Friends of the Smokies on Mingus Creek

Water pipes

Friends of the Smokies kicked off a new season of Classic Hikes today. Thirty-two people walked on Mingus Creek Trail to the Mingus Family Cemetery and back.

As this was our first hike of the year in Great Smoky Mountains National Park, we chose a four-mile hike with lots of history and artifacts.

From the time we got on the trail at the Mingus Mill parking lot, it was obvious that there had been an active human history in the area. The trail started out paved and wide. We passed a firing range, still used by park rangers. Then a water plant built by the Civilian Conservation Corps. You can still see the pipes. But we also identified yellow and purple violets, blood root and hepatica. Spring is definitely here.

We got to the intersection where Mingus Creek Trail takes off to the left and the cemetery trail (not its official name) goes right. And though the trail is not an official trail and not on a map, it is well-maintained by the park. Two sturdy walking bridges makes it obvious that this path to the cemetery hasn’t been forgotten.

At Mingus Family Cemetery

The turn to the Mingus Family Cemetery is obvious since there’s a sign. We scrambled up the short but steep way to a small field of field stones marking the graves.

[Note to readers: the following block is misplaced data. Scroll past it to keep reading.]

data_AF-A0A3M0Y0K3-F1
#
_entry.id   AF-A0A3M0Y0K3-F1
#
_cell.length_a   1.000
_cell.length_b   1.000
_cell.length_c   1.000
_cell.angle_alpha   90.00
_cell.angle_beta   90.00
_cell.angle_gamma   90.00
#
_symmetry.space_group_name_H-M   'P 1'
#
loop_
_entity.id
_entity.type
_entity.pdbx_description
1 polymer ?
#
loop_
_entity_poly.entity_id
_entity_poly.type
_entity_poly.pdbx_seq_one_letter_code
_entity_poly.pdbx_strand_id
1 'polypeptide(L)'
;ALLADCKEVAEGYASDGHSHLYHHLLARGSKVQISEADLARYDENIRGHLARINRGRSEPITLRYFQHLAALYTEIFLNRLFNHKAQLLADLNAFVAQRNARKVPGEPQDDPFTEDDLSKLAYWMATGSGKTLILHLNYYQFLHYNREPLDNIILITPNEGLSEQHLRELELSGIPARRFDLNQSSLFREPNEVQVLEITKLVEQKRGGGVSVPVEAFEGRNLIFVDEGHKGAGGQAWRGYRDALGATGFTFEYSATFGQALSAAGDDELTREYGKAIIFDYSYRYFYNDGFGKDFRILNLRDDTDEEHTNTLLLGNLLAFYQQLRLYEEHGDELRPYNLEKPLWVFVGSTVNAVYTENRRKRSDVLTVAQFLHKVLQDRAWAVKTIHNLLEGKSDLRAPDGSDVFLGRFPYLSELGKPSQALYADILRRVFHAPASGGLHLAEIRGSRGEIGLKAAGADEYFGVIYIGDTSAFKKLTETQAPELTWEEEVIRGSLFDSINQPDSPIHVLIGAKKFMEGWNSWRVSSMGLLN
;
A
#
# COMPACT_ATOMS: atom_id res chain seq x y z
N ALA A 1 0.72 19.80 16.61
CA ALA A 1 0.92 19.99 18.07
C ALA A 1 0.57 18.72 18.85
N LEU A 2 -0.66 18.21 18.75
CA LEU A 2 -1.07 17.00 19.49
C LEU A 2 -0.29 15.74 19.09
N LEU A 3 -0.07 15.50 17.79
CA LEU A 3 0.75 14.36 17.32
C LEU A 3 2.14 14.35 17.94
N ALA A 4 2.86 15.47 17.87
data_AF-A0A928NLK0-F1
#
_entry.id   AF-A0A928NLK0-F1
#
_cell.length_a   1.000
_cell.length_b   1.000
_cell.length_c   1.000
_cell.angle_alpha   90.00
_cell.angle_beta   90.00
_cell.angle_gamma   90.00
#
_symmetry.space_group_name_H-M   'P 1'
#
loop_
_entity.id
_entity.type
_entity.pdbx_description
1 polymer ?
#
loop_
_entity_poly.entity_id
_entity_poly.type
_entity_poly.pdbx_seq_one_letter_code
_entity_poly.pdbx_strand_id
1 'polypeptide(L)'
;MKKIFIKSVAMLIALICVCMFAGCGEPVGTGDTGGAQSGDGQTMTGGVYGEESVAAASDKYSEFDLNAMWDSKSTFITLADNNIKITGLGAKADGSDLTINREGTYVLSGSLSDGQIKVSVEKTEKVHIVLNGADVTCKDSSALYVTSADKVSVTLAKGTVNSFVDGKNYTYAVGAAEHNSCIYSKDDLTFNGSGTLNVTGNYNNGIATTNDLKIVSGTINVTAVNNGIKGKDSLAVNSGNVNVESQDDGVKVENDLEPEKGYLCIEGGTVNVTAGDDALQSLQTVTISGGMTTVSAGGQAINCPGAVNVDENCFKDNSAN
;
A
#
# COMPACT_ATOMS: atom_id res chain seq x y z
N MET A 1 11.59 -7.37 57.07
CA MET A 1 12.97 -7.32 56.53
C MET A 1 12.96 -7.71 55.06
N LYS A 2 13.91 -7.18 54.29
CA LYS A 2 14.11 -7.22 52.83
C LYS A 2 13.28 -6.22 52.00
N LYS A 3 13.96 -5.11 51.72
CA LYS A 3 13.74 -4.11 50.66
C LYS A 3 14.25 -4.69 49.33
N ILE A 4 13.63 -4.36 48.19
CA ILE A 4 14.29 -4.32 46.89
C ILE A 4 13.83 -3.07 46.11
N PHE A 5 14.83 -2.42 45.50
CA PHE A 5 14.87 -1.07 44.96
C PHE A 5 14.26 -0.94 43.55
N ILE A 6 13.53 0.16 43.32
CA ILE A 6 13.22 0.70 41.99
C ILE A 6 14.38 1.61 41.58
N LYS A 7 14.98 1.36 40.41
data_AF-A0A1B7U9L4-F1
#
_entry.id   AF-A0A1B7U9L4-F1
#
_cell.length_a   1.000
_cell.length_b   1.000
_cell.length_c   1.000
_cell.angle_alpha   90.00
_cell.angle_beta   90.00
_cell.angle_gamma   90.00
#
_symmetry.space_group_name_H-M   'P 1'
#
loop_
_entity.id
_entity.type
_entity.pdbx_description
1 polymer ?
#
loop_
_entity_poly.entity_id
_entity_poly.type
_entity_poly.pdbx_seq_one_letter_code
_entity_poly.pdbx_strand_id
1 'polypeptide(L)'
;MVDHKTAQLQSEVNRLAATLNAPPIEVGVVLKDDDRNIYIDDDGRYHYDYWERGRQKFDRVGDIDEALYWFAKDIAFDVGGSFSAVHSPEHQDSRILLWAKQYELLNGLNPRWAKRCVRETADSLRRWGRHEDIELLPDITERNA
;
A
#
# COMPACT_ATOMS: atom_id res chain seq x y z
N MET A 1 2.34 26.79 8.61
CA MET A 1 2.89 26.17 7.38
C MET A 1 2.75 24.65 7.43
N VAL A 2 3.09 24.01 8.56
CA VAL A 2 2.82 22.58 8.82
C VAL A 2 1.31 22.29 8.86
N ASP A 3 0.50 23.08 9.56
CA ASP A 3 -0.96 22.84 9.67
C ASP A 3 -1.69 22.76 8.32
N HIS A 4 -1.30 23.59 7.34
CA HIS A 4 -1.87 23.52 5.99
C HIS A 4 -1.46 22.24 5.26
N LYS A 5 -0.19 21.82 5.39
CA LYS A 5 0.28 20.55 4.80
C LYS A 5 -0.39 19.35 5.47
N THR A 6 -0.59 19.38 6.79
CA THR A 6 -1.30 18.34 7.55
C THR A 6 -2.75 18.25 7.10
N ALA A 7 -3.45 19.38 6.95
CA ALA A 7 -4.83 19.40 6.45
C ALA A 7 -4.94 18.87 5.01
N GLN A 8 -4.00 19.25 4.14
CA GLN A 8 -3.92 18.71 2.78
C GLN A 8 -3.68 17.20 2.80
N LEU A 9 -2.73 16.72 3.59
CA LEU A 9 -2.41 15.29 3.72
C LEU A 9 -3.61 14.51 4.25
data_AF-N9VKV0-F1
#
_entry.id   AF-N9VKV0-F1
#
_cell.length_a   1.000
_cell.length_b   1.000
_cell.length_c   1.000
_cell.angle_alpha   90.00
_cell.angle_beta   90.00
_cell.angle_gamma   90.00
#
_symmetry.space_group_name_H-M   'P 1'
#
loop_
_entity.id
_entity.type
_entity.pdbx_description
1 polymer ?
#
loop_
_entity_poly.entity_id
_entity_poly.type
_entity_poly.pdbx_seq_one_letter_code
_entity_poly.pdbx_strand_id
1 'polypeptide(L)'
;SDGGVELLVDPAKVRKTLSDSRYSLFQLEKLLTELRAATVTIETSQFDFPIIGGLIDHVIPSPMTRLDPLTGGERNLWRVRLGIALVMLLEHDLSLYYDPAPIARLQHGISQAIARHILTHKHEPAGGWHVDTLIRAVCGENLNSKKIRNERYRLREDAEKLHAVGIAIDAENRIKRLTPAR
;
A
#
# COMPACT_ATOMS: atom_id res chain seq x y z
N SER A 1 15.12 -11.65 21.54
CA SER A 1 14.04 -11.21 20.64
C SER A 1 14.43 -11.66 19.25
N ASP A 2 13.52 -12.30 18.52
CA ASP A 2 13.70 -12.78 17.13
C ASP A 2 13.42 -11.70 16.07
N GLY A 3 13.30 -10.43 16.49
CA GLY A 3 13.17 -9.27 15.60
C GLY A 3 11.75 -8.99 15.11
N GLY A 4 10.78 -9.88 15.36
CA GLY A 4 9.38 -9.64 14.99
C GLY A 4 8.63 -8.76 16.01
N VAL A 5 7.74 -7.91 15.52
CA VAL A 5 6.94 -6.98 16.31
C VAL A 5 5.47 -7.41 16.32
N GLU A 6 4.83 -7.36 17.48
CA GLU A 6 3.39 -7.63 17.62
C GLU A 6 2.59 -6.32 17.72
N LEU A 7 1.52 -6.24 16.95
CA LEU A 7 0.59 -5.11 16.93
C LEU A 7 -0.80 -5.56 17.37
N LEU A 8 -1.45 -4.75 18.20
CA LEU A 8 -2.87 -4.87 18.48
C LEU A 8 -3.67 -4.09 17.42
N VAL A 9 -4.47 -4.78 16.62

Hikers wandered around trying to glean information on the people buried here. A few markers had faint dates.

Back at the cars, we headed over to Oconaluftee Visitor Center where Supervisory Ranger Lynda Doucette talked about the Mountain Farm Museum.

“It’s a museum because on a real farm, you wouldn’t have buildings so close together.”

Lynda Doucette

She spent most of the time describing the challenges of dealing with elk who just love all the crops in the fields. She and her staff have come up with various fence configuration to keep out the elk.

The elk reintroduction brought challenges. In olden days, farmers would have just shot the elk but that’s not an option today. Elk have now been seen (but not confirmed) as far as Cades Cove.

The next Friends of the Smokies Classic Hike will be on April 11 to Big Creek. Register online and bring your flower book. You’ll use it.

Friends of the MST Celebrates 40 years!

This past weekend, Friends of the Mountains-to-Sea Trail celebrated its 40th anniversary in Elkin, North Carolina with a gala, meeting and lots of activities. The evening gala attracted about 260 members, the meeting about 290. Here are a few highlights.

Howard Lee and Doris Hammett

Friday evening went back to the past. In 1977, Howard Lee, then Secretary of the NC Department of Natural Resources and Community Development, announced that there would be a hiking trail through North Carolina. Howard, now on the board of Friends of the MST, was at the meeting. So was Dr. Doris Hammett who had chaired the Fourth National Trails Conference where Howard spoke. Doris was also a leader in the trail building Task Force in Haywood County.

Saturday was all about the future. What would the trail look like in the next 40 years, in 2057? Each table brainstormed the future of the MST. Our table came up with:

  1.  One million hikers have completed the trail.
  2. The MST is all on footpath
  3. Hostels and campsites will enable hikers to hike the whole trail smoothly.

Even I won’t be around in 40 years to see this happen but these are important goals.

Kate Dixon and her award